WIPO Arbitration and Mediation Center
ADMINISTRATIVE PANEL DECISION
Scholastic Inc., v. Sai Tong Ho
Case No. D2001-1011
1. The Parties
The Complainant is Scholastic Inc., of 555 Broadway, New York, NY 10012-3999, United States of America.
Represented by Edward H. Rosenthal, Esq., of Frankfurt Garbus Kurnit Klein & Selz, P.C. of 488 Madison Avenue, 9th Floor, New York, New York 10022, United States of America.
The Respondent is Sai Tong Ho, of 9F Golden Court, 50 Tuen Oi Tong Circuit, Tuen Mun, N.T. Hong Kong, Hong Kong, S.A.R., China.
Respondent is not represented.
2. The Domain Name and Registrar
The domain names with which this dispute is concerned are: <chinascholastic.com>, <china-scholastic.com> and <chinascholastic.net>.
The Registrar with which the domain names are currently registered is Register.com of 575 Eighth Avenue, New York, N.Y. 10018, United States of America.
3. Procedural History
3.1 The Complaint was filed electronically on August 8, 2001, and in hard copy on August 13, 2001, at the WIPO Arbitration and Mediation Center (the "WIPO Center").
3.2 On August 14, 2001, the WIPO Center requested verification of the domain name details from the Registrar and on August 15, 2001, the Registrar verified:
(i) that the domain names are registered with it;
(ii) that the current registrant of the domain names is the Respondent;
(iii) that the domain names are currently in "Active" status;
(iv) that the Respondent is the Administrative Contact for the domain names;
(v) that the Respondent is the Technical Contact;
(vi) The Registrar did not confirm that a copy of the Complaint had been served on it by Complainant as required by Supplementary Rule 4(b) of the WIPO Supplementary Rules for Uniform Domain Dispute Resolution Policy ("the Supplemental Rules"). Furthermore, the Registrar did not provide information with respect to the Billing Contact and no such information is shown on its WHOIS print out.
3.3 On August 16, 2001, all formal requirements for the establishment of the Complaint having been checked by the WIPO Center were found to be in compliance with the applicable ICANN Uniform Domain Name Dispute Resolution Policy (the "Policy") Policy, and the ICANN Rules for Uniform Domain Name Dispute Resolution Policy ("the Rules"). The WIPO Center advised Complainant that the Registrar had advised that it had not been served with a copy of the Complaint. Subsequent enquiries by the WIPO Center however, revealed that a copy of the Complaint had in fact been served.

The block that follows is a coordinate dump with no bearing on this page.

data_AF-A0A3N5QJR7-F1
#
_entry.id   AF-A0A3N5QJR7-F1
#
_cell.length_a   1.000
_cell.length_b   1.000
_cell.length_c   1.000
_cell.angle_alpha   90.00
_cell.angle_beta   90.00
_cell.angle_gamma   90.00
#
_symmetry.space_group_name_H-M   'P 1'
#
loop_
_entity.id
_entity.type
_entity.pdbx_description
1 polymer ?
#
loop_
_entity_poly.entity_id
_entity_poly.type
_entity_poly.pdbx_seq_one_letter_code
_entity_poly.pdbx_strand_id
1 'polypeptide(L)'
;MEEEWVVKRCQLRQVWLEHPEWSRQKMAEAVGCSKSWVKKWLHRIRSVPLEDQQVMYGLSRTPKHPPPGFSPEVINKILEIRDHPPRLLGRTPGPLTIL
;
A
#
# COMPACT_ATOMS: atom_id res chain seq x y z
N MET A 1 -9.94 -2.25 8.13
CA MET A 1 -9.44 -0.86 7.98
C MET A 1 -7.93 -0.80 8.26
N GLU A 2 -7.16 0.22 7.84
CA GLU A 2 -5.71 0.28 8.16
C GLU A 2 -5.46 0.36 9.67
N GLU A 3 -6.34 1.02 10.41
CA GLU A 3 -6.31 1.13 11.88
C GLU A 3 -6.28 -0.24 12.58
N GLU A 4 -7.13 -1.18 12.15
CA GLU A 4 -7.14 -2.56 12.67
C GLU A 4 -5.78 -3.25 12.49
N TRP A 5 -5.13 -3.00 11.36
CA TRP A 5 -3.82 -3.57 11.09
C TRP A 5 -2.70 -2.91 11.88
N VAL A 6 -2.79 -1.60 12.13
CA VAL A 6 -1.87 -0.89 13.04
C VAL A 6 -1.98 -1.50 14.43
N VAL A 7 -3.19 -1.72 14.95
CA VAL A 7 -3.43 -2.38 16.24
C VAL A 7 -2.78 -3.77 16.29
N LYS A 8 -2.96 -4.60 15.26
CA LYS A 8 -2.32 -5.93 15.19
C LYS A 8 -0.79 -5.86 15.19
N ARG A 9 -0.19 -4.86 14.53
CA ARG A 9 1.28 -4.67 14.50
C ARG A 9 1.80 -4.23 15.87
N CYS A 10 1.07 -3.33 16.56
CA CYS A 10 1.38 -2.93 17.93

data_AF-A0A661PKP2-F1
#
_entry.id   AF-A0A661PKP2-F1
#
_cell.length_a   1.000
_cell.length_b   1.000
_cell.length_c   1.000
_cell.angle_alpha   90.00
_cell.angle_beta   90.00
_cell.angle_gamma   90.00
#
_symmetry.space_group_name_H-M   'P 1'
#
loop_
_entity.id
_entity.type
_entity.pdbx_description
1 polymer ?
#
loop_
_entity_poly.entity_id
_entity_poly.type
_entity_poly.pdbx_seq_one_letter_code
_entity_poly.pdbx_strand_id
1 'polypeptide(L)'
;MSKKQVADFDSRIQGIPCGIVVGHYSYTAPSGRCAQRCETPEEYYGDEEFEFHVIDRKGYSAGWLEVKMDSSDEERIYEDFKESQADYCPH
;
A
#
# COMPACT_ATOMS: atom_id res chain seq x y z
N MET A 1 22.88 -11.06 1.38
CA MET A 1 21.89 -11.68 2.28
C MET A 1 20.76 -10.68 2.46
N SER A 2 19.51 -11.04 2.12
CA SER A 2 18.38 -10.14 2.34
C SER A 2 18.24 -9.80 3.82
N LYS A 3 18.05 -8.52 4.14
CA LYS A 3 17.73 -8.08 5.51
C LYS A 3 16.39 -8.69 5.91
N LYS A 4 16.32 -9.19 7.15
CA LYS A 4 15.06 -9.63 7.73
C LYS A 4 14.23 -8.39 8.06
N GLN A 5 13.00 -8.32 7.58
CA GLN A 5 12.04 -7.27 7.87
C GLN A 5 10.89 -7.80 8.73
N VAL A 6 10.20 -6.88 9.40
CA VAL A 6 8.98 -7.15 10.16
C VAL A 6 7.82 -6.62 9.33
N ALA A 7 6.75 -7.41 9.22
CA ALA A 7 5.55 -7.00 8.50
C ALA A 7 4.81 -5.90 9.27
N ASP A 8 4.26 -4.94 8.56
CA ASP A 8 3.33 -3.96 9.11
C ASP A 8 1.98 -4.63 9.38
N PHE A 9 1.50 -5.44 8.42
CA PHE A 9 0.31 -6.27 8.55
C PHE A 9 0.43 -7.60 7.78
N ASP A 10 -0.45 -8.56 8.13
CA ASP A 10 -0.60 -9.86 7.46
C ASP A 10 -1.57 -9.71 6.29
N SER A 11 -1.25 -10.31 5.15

3.4 On August 16, 2001, the WIPO Center sent the Notification of Complaint and Commencement of Administrative Proceeding by courier, facsimile and by e-mail to Respondent, the Administrative Contact and the Technical Contact and by e-mail to the postmaster at each of the domain names.
It appears from the record that the e-mail transmissions to the postmaster at each of the domain names was undelivered and that the facsimile transmission to Respondent was undelivered. In the absence of a Billing Contact on the WHOIS database, the WIPO Center was unable to send a copy of the Complaint to the Billing Contact.
Rule 2(a) of the Rules provides that it is the providers responsibility to employ reasonably available means calculated to achieve actual notice to the Respondent. The Rule further provides that this responsibility is discharged by sending the Complaint to each of the addresses shown in the Registrar's WHOIS database for the domain name holder and the Technical and Administrative Contact, and the address supplied for the Billing Contact and by sending the Complaint in electronic form to the respective e-mail addresses, to the postmaster at the domain name and to any address on an active web page to which the domain name resolves and to any other address notified to the sender by Respondent or provided by Complainant. The Panel is of the opinion that in the light of the information available to it, WIPO has employed all means reasonably available to it to achieve notice to Respondent.